Documentary filmmaker Ken Burns, aka that guy who makes movies by zooming in on daguerreotypes with jangly bluegrass music playing in the background, is ready to debut the sequel (that's totally not a sequel, nope, because Ken Burns doesn't do sequels) to his 18-hour opus from 1994 Baseball. Later this month on PBS, the four-hour Baseball: The Tenth Inning will play over two nights and will cover the national pastime from 1994 until present day.
But we know for a fact that three massive sea changes have happened in the sixteen short years since Burns debuted Baseball. First, baseball players went on strike over labor issues. Second, baseball players hit a lot of home runs and did a lot of steroids (despite a lack of proof that those two things are connected, at all). Third, baseball players who are employed by a franchise based in Boston finally had success. Twice.
The opportunity for a documentary filmmaker to inject his or her personal opinions and views into their work is enormous; the best ones end up making a statement from a seemingly neutral ground and let the viewer make choices about what he or she has just seen. The worst ones come off seeming like bloated, opinionated goons. The potential to let his biases affect this new chapter in baseball's history probably made Ken Burns think twice about how he would present the movie. After all, Burns is a lifelong Red Sox fan, and we know how insufferable they can be.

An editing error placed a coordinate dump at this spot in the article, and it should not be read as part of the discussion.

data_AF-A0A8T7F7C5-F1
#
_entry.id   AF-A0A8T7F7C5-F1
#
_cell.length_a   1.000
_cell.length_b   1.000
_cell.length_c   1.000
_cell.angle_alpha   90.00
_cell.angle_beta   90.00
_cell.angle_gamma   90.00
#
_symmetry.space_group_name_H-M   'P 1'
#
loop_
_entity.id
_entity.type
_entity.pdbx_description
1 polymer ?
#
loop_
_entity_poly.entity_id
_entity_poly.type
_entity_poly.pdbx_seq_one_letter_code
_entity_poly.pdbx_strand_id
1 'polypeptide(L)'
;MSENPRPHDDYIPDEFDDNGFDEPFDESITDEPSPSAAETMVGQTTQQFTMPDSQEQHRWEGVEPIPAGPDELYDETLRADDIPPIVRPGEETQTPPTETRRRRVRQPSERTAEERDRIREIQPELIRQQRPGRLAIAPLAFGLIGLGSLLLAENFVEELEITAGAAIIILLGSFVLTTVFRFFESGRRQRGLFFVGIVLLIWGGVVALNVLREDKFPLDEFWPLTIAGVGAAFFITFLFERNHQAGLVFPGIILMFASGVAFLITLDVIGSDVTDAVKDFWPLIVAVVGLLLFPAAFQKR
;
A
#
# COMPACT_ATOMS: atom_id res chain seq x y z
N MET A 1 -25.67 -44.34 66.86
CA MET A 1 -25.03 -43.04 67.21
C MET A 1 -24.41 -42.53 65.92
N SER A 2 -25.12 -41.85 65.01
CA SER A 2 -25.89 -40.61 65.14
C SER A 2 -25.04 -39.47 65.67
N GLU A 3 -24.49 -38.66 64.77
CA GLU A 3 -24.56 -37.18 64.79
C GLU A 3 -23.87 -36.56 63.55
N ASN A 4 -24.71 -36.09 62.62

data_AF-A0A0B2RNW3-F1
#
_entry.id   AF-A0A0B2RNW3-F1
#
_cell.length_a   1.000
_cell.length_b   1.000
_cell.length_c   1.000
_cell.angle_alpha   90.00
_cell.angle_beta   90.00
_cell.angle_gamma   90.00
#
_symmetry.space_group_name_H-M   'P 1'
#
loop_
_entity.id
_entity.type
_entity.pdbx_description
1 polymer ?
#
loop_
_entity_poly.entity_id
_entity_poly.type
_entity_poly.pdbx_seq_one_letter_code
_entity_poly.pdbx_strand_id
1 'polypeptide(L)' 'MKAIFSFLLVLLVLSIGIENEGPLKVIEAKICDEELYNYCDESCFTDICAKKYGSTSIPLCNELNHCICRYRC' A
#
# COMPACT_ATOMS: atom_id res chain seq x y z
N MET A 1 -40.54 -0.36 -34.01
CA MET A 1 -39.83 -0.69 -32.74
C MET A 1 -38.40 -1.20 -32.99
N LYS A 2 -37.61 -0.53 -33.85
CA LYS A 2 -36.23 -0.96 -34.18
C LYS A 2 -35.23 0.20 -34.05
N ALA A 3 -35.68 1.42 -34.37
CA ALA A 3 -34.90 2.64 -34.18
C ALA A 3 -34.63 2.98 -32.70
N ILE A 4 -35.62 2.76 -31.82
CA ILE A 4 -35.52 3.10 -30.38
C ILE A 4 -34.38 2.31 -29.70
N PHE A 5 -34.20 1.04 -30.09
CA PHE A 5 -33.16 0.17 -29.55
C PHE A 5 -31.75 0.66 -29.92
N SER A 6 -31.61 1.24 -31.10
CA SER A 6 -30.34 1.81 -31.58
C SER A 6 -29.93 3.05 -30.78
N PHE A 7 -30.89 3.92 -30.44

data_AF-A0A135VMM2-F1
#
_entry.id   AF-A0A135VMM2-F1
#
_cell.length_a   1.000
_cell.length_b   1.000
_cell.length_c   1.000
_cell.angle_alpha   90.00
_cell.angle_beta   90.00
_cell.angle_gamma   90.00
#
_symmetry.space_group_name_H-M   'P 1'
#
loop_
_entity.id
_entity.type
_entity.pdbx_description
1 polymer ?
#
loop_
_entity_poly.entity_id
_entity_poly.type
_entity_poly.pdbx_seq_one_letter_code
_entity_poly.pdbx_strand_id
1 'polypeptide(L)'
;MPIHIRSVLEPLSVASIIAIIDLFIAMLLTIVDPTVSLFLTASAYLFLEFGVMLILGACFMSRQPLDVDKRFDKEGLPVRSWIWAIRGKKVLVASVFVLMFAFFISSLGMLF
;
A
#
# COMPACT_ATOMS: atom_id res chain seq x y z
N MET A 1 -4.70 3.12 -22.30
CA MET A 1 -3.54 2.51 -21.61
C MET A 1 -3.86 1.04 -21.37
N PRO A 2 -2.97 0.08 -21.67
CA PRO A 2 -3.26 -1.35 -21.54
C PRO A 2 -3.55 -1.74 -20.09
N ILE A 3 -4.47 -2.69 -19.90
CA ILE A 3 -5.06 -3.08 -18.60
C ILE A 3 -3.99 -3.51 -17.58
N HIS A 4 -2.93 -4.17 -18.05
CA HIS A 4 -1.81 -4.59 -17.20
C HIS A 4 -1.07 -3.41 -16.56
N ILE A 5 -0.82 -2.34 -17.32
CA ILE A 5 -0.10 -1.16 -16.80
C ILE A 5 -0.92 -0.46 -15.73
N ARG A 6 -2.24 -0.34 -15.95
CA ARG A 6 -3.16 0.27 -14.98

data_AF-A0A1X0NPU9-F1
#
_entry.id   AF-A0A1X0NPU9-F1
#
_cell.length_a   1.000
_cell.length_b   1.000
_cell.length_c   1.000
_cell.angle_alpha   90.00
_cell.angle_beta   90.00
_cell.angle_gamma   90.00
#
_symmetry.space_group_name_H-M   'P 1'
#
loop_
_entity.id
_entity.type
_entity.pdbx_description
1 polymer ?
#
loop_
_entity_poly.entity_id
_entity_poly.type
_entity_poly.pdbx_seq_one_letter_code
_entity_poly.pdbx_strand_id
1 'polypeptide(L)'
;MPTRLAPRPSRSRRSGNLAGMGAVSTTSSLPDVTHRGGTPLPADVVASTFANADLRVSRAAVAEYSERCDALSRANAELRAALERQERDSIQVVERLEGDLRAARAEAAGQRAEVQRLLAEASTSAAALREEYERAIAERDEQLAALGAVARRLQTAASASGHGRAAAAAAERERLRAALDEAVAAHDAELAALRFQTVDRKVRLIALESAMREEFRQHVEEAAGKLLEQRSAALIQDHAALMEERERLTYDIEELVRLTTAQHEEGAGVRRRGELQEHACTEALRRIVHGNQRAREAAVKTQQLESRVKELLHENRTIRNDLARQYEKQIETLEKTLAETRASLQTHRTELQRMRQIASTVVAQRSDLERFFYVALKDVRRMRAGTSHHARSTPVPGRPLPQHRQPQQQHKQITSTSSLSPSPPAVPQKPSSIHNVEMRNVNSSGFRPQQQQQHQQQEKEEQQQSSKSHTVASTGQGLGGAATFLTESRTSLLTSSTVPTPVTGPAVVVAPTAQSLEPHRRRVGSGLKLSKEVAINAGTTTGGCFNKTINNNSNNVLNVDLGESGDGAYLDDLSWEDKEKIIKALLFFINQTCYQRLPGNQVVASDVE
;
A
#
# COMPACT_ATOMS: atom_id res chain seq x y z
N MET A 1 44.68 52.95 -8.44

But I can't blame Burns for including a little Red Sox victory lap in his film. The part of this sequel (that is not a sequel because Ken Burns totally doesn't do sequels, he's serious) that frightens me is the STEROIDS SEGMENT. In interviews about the film Burns correctly calls it a scandal, which anyone agrees is true no matter what side of the argument they fall.
When asked by USA Today's Stephen Borelli about how he handled Mark McGwire's and Sammy Sosa's magical "Summer of 1998" given the recent revelations about steroid usage, and if that season played a part in the game's resurgence among the American public, Burns said:
"Very much so. It's hard to take back your enthusiasm. You know, and that was what presented the challenge for us as filmmakers: Do we want to do this from the perspective of McGwire's desultory testimony in Congress or his now recent belated admissions or for Sosa's outrageous, unacceptable silence on this? No, you do it from the way you felt."
Right on, movie-making guy. "You do it from the way you felt." And while both fans and the media knew for a fact that some unsavory characters were trying to improve their lot in life with pills, we felt like giddy teenagers. At a Television Critics Association panel, Burns said this:
"If you do it from the convenient perspective of hindsight, then it has no meaning. How do you recapture some of that joy and, at the same time, be mindful that you're setting the traps for a tragedy of which we are all un-indicted co-conspirators?"
Ken Burns, pointing fingers at all of us. This should be a damn good documentary. Let's just hope he doesn't include that insufferable George Will again.